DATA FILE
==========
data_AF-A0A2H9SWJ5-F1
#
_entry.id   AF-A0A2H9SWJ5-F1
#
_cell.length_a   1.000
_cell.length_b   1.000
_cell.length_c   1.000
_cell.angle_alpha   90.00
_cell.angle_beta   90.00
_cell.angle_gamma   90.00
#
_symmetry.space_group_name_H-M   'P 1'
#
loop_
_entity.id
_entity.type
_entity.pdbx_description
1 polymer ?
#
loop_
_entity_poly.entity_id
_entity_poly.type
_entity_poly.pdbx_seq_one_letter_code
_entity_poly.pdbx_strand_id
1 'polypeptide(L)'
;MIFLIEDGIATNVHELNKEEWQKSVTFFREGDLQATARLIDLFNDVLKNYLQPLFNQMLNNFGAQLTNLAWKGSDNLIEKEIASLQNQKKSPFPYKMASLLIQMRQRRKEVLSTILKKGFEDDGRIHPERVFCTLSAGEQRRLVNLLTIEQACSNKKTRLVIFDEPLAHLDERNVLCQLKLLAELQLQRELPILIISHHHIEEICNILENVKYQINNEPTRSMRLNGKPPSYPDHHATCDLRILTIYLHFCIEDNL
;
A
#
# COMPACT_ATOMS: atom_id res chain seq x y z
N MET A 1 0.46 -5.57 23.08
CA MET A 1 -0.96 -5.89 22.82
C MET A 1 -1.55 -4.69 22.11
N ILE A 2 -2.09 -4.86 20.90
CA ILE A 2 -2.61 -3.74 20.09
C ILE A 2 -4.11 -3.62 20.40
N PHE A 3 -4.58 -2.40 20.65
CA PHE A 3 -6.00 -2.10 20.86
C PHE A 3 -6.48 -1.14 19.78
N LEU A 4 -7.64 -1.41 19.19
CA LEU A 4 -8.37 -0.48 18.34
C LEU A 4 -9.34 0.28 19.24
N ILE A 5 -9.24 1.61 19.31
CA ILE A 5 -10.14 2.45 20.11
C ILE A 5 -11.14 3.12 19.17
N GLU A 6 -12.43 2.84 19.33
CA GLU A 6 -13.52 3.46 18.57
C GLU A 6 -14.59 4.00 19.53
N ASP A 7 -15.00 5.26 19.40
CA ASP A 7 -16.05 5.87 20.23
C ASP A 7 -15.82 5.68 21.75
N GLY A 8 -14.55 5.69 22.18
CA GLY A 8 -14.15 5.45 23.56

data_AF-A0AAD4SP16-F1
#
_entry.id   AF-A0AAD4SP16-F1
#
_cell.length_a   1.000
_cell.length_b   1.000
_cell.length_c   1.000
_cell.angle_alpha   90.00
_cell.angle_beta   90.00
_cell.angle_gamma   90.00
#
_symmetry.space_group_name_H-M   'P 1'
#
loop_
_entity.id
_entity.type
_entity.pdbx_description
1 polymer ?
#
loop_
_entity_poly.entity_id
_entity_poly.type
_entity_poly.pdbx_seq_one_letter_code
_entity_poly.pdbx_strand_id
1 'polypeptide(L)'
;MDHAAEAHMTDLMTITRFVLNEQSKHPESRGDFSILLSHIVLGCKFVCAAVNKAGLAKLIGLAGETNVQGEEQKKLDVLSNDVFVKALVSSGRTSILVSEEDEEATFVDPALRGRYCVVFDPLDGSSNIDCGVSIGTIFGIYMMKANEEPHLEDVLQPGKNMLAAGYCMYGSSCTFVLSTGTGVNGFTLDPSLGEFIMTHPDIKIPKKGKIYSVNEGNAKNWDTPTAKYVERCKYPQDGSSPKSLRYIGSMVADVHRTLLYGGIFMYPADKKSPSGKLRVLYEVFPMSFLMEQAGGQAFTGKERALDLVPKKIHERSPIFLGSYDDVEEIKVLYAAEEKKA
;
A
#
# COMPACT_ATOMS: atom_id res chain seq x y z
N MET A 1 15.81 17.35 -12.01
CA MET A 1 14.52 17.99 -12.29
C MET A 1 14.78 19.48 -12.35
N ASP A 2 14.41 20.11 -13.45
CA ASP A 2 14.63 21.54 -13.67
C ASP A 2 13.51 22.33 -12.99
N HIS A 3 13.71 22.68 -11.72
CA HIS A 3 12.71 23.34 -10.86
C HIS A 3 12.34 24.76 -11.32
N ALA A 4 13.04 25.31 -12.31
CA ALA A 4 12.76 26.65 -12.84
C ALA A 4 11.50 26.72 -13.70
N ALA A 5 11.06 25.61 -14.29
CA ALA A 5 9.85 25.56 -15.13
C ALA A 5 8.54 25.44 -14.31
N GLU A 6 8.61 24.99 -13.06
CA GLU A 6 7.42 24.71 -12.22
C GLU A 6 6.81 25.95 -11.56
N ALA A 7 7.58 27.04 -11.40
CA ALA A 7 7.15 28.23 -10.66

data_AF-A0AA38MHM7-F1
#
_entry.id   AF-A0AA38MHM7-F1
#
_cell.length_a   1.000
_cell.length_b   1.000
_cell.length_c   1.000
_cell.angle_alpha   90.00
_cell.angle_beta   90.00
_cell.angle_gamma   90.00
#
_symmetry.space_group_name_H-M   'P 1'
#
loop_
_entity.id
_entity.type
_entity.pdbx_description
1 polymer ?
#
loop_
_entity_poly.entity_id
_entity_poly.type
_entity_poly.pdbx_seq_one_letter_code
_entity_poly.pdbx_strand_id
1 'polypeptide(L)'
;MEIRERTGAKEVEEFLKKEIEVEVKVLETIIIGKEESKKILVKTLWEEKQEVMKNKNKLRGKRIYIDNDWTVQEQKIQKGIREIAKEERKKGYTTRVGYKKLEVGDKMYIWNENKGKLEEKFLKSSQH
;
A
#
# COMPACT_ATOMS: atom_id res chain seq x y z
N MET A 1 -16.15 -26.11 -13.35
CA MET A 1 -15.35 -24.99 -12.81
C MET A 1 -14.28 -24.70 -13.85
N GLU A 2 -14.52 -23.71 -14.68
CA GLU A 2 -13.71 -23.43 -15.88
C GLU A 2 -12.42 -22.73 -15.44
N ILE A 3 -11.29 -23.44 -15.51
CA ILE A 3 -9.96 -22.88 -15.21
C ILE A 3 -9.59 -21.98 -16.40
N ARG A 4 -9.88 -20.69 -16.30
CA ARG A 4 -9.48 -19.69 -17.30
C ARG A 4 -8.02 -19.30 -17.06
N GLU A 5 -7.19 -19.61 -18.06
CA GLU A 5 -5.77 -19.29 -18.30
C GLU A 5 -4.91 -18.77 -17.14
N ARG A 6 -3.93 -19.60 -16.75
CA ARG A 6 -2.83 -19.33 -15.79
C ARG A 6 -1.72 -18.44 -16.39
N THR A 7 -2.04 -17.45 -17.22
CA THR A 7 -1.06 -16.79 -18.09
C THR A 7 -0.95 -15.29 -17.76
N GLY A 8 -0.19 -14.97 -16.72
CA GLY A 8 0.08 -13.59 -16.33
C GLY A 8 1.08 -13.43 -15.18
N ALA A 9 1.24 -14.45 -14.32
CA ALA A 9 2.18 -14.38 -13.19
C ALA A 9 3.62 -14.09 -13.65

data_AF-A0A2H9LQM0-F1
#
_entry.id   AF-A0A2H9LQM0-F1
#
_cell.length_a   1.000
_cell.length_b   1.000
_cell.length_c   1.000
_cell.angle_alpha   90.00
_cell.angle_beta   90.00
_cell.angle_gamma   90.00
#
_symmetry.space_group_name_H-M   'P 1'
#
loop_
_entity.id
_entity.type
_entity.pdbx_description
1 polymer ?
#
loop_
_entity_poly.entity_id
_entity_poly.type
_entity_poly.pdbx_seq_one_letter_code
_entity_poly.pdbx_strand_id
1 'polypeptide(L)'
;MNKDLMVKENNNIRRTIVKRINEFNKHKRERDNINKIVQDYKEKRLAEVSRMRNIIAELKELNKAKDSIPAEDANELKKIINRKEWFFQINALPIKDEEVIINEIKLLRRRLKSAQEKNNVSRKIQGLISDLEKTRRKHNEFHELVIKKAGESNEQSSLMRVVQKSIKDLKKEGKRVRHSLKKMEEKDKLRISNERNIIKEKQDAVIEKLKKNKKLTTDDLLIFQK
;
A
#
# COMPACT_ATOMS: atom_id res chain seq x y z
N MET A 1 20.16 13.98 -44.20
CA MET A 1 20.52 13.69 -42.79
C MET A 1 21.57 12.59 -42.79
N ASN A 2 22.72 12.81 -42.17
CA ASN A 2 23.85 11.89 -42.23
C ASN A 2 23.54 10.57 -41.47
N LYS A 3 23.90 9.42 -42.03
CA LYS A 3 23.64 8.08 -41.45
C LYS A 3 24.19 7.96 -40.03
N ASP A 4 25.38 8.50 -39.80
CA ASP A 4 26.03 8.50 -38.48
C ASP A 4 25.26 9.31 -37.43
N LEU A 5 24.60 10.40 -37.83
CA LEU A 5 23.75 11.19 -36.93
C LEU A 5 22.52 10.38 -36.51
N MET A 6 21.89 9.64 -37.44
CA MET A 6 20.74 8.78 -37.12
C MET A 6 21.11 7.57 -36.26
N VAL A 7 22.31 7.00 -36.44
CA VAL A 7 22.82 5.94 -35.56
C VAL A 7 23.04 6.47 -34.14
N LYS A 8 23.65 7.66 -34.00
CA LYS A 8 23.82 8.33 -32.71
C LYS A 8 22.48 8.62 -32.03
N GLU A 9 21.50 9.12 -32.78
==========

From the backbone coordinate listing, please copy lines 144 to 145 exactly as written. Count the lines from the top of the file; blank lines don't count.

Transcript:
CA ARG A 4 -9.48 -19.69 -17.30
C ARG A 4 -8.02 -19.30 -17.06